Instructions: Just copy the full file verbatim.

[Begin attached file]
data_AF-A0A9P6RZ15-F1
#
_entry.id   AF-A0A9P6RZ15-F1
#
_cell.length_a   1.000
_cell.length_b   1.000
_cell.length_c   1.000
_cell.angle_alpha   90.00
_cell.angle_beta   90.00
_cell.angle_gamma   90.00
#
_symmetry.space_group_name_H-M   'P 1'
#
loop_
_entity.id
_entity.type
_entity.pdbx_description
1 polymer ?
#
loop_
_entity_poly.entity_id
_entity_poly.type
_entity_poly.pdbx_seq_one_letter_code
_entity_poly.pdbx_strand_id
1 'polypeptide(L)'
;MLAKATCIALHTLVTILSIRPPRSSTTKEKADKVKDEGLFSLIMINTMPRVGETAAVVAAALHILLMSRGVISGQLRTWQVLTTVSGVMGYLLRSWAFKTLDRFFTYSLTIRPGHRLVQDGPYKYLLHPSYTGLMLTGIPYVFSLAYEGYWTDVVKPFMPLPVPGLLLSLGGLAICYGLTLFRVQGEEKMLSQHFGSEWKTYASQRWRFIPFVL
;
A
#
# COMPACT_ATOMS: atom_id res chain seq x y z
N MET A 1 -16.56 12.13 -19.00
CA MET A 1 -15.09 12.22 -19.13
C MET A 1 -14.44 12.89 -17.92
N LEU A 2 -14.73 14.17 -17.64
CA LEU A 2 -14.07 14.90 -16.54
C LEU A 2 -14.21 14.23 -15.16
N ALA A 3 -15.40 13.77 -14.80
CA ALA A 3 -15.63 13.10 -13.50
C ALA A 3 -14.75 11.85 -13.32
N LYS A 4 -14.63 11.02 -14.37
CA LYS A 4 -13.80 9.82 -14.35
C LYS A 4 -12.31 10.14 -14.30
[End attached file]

data_AF-A0A9P6RZ15-F1
#
_entry.id   AF-A0A9P6RZ15-F1
#
_cell.length_a   1.000
_cell.length_b   1.000
_cell.length_c   1.000
_cell.angle_alpha   90.00
_cell.angle_beta   90.00
_cell.angle_gamma   90.00
#
_symmetry.space_group_name_H-M   'P 1'
#
loop_
_entity.id
_entity.type
_entity.pdbx_description
1 polymer ?
#
loop_
_entity_poly.entity_id
_entity_poly.type
_entity_poly.pdbx_seq_one_letter_code
_entity_poly.pdbx_strand_id
1 'polypeptide(L)'
;MLAKATCIALHTLVTILSIRPPRSSTTKEKADKVKDEGLFSLIMINTMPRVGETAAVVAAALHILLMSRGVISGQLRTWQVLTTVSGVMGYLLRSWAFKTLDRFFTYSLTIRPGHRLVQDGPYKYLLHPSYTGLMLTGIPYVFSLAYEGYWTDVVKPFMPLPVPGLLLSLGGLAICYGLTLFRVQGEEKMLSQHFGSEWKTYASQRWRFIPFVL
;
A
#
# COMPACT_ATOMS: atom_id res chain seq x y z
N MET A 1 -16.56 12.13 -19.00
CA MET A 1 -15.09 12.22 -19.13
C MET A 1 -14.44 12.89 -17.92
N LEU A 2 -14.73 14.17 -17.64
CA LEU A 2 -14.07 14.90 -16.54
C LEU A 2 -14.21 14.23 -15.16
N ALA A 3 -15.40 13.77 -14.80
CA ALA A 3 -15.63 13.10 -13.50
C ALA A 3 -14.75 11.85 -13.32
N LYS A 4 -14.63 11.02 -14.37
CA LYS A 4 -13.80 9.82 -14.35
C LYS A 4 -12.31 10.14 -14.30